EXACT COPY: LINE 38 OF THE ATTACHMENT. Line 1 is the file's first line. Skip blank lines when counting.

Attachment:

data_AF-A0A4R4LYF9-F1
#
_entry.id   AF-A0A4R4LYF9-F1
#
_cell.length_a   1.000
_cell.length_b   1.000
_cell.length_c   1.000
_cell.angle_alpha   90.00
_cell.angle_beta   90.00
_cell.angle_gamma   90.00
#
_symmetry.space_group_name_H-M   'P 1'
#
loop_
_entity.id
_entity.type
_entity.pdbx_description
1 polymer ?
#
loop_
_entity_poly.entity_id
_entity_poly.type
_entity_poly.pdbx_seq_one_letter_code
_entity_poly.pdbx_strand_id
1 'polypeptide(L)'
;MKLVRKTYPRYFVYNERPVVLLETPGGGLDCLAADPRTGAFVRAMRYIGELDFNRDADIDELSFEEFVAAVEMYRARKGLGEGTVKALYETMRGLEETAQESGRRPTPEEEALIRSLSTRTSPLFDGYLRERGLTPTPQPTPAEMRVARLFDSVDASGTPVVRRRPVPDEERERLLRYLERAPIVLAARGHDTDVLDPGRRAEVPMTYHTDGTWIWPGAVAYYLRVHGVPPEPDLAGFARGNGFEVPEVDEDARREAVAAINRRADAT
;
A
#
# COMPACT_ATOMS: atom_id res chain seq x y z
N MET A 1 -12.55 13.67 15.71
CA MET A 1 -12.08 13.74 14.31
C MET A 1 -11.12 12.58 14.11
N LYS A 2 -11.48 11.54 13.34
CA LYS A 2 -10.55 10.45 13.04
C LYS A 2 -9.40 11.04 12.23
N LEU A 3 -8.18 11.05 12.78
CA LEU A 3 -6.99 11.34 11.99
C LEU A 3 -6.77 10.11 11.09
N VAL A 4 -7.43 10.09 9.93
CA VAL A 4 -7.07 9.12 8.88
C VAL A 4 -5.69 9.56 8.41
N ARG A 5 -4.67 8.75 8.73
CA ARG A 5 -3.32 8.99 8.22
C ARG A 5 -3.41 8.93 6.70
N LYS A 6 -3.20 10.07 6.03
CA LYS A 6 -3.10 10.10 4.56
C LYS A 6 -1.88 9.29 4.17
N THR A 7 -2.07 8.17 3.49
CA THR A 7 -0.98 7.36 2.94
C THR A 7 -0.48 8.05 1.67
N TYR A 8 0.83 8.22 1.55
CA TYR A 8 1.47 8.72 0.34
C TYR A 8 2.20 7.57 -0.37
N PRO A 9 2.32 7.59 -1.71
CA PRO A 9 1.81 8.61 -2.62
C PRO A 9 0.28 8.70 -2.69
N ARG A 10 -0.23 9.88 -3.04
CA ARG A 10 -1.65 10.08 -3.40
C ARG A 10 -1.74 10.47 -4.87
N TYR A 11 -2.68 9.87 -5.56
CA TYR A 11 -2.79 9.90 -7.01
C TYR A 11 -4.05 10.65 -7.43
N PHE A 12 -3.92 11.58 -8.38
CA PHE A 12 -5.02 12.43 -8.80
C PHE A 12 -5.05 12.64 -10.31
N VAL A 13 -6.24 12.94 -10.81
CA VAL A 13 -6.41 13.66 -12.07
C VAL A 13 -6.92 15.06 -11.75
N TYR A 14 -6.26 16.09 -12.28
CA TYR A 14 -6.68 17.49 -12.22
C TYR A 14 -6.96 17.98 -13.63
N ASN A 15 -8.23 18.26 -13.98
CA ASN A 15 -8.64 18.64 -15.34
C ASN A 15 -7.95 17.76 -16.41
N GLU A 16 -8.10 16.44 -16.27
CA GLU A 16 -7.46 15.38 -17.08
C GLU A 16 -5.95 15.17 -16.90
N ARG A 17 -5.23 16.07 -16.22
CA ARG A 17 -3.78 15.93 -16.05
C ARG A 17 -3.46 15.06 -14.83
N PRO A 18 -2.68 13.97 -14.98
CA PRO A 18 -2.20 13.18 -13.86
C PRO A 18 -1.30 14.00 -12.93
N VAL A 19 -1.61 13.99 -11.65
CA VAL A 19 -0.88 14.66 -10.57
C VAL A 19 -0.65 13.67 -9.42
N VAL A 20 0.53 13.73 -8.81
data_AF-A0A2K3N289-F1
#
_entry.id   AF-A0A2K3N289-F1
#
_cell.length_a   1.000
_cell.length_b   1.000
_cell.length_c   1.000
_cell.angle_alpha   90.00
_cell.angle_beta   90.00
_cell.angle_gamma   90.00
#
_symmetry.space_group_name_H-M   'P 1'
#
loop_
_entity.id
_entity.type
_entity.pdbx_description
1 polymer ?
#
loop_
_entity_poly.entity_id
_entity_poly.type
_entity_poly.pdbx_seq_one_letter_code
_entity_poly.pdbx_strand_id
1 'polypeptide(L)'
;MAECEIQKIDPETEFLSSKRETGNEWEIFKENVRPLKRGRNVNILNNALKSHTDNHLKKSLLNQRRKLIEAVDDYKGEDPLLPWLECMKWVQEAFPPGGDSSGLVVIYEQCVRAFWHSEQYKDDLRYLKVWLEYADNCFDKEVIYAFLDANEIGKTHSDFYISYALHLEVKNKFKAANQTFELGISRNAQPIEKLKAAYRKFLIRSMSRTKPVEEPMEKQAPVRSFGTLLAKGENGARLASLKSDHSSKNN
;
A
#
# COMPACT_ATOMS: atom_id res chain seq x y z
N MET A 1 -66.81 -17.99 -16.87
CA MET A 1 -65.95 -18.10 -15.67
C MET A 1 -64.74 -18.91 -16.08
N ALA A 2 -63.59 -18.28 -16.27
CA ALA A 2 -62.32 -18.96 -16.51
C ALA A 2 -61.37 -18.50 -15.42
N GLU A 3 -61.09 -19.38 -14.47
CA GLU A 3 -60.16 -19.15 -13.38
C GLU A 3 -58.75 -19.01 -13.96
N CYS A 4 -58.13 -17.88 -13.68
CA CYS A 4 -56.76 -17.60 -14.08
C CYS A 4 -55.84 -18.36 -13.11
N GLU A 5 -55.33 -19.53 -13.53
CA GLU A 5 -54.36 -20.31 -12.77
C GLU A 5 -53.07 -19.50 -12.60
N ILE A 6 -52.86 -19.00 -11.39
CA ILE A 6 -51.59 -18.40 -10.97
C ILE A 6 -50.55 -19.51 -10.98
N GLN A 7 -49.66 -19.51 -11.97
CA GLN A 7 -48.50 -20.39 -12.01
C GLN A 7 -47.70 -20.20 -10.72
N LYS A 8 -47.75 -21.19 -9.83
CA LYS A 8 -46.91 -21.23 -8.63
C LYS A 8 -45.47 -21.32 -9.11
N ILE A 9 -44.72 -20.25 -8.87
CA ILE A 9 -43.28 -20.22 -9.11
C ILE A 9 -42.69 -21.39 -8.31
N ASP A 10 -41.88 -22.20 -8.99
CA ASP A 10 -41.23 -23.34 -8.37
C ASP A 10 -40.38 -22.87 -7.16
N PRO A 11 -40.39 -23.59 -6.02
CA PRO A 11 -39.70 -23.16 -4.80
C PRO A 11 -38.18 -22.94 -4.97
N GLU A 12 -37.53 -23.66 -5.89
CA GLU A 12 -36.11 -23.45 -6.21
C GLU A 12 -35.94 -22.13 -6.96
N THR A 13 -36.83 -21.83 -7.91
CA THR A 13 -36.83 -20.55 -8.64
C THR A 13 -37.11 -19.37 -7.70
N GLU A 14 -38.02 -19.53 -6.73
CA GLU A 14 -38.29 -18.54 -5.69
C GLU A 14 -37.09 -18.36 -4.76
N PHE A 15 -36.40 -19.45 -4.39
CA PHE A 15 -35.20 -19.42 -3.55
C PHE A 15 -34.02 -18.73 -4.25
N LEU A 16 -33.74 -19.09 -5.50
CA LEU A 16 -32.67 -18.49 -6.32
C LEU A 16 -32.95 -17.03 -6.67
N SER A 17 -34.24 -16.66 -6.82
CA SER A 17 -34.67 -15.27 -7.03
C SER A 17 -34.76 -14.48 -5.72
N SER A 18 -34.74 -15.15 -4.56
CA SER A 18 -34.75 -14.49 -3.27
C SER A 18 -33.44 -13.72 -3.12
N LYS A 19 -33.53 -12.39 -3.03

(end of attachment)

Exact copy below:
CA LEU A 3 -6.99 11.34 11.99